February 27, 2020

Peace in Afghanistan? We’ll See

Why not just sign the peace deal — any peace deal — walk away and call it good?

Note from the author: I served four years in Afghanistan over the course of several deployments and several more years preparing myself and others for deployments by studying Afghan history, language, and culture, as well as reams of lessons learned from unsuccessful British, Soviet, and — thus far at least — American efforts to tame South Asia. I don’t consider myself an expert by any means, but I believe that experience makes me at least as qualified to comment on the news and rumors surrounding peace talks with the Taliban as some of the pundits who have saturated the Web with articles that range from praising President Donald Trump for leading boldly and fulfilling his campaign promise to end “forever wars” to describing our efforts in Afghanistan as “America’s greatest strategic disaster.” While articles like those satisfy readers’ demand for decisive and definitive assessments, foreign policy in general — and Afghanistan in particular — doesn’t lend itself to binary and linear conclusions. It’s shades of grey, not black and white.

At the risk of being indecisive and indefinite, the honest answer to whether the agreements that have reportedly been reached between the U.S. and the Taliban are a win for the U.S. is probably “we’ll see.” But that’s not a very satisfying — or politically advantageous — piece of ground to claim. Unfortunately, our foreign policy decision makers’ (over)confidence that they actually see their options and potential outcomes in black and white is a primary contributor to the forever wars. Our diplomats and soldier-statesmen have heard how excellent they are for so long that it’s understandable that they may overestimate their ability to resolve “wicked problems” like those posed by the Graveyard of Empires. That’s not to say that our military and diplomatic leaders and decision makers aren’t better than everyone else’s, just that even the best may not be good enough for a problem set like Afghanistan, particularly given the wrinkles caused by political priorities that change every few years.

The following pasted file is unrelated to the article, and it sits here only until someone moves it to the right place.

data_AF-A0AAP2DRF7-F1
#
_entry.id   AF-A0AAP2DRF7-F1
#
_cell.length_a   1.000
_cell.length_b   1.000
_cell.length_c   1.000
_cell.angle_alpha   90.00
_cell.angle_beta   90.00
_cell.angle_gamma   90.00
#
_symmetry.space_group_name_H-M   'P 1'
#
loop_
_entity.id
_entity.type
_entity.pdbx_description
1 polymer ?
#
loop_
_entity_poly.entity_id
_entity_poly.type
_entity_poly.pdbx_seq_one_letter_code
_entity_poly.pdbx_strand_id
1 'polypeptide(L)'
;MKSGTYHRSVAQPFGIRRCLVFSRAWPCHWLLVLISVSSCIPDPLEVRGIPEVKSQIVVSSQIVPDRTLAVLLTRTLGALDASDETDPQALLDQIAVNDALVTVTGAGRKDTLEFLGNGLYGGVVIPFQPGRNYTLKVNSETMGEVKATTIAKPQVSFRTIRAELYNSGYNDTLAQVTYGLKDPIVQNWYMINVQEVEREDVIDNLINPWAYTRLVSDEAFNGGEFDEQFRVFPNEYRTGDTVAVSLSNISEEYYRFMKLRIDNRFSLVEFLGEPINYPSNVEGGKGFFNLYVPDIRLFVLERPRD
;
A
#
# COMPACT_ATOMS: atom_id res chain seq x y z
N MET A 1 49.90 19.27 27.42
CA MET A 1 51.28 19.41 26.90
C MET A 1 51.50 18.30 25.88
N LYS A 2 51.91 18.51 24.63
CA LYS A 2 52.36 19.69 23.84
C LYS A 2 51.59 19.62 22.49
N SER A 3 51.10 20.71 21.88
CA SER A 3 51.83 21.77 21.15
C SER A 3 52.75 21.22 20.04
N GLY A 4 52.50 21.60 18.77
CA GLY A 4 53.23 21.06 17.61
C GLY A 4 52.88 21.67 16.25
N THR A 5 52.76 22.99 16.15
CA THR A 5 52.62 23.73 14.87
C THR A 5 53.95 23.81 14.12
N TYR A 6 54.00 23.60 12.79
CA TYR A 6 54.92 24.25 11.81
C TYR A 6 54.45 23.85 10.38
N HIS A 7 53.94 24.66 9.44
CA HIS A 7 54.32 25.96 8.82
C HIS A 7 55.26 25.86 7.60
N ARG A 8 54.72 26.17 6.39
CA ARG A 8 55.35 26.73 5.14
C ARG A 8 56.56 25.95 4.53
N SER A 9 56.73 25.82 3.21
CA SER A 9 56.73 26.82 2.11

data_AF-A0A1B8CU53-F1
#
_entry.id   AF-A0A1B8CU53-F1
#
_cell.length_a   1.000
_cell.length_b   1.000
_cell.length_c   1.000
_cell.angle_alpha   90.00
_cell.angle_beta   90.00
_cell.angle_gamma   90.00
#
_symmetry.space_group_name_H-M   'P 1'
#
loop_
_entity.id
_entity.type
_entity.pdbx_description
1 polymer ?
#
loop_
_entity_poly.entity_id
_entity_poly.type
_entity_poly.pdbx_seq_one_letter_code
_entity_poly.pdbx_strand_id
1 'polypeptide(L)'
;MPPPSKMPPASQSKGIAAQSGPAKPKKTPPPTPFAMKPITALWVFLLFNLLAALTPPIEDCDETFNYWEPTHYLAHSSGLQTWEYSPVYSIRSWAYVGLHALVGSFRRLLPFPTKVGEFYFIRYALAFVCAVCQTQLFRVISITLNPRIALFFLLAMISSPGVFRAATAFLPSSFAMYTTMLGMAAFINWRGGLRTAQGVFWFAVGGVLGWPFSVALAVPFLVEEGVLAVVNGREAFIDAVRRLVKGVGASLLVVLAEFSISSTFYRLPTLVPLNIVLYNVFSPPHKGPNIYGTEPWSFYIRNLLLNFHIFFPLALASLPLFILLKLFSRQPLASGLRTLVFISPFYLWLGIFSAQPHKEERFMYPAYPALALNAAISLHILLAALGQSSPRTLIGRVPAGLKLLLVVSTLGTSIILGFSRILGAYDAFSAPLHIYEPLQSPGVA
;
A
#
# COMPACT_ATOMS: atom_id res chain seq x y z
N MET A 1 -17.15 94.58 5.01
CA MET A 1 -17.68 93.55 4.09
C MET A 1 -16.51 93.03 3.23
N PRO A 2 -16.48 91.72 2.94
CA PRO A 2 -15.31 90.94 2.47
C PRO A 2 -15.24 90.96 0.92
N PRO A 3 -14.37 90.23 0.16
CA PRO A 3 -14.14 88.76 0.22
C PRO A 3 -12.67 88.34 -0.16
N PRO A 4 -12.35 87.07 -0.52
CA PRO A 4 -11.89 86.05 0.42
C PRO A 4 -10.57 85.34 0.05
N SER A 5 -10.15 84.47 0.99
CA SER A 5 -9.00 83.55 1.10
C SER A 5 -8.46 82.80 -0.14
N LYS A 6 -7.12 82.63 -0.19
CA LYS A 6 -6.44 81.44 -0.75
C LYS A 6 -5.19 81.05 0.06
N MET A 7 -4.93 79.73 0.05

With so little to show for the thousands of casualties sustained and billions of dollars spent, why should we keep muddling along trying to find a solution for what may well be an unsolvable problem? Why not just sign the peace deal — any peace deal — walk away and call it good?

For one, although it hasn’t lived up to the promises, we have made progress: Afghan security organizations are larger and more capable than ever; a generation of bureaucrats and technocrats have come up through the ranks of ministries and businesses and have seen and largely bought into an Afghan version of “what right looks like”; Afghan families have grown accustomed to more liberties and a generally higher quality of life than they enjoyed under the Taliban and aren’t anxious to go back. Given the foundation that has been laid, an enduring Taliban-supported reduction in violence would give the government and people the breathing space they need to cement the progress and keep building. Walking away before we’re sure the mortar has set risks everything coming back down in an ugly crash.

Second, to paraphrase the investing disclaimer, future results aren’t automatically going to track with past performance. Just because the return on our investment over the last dozen or so years has been undermined by bad policies and decisions (with a healthy dose of hubris mixed in) doesn’t mean that we have to keep following that trend line. We need to be realistic and pragmatic about what’s within the realm of the possible — minimized, not eliminated corruption; professional and “Afghan good enough” security services, not scaled down versions of the NYPD or British Army — and translate that into clear objectives. Four more years of a Trump administration would provide much needed stability with respect to the mission and objectives. That stability in turn, would also make it easier to accurately assess future results.

Peace is good thing, as are treaties that foster and ensure it. But we need to remember that it comes at a price. Some of the price has already been paid; some of it won’t come to light until years or decades later. As we negotiate, we can’t let the fact that we have already made an enormous investment lead us to an all-in-with-the-Taliban bet that comes with a big (and TBD) “after the sale” sticker. The people who have borne the brunt of the up-front investment deserve better than simply signing something in order to be able to check a box that a campaign promise was met or having their efforts tarred with a label like “America’s greatest strategic disaster.” But at this point in the negotiations, the most honest prediction that even a relatively experienced Afghanistan watcher can probably offer is, “we’ll see…”

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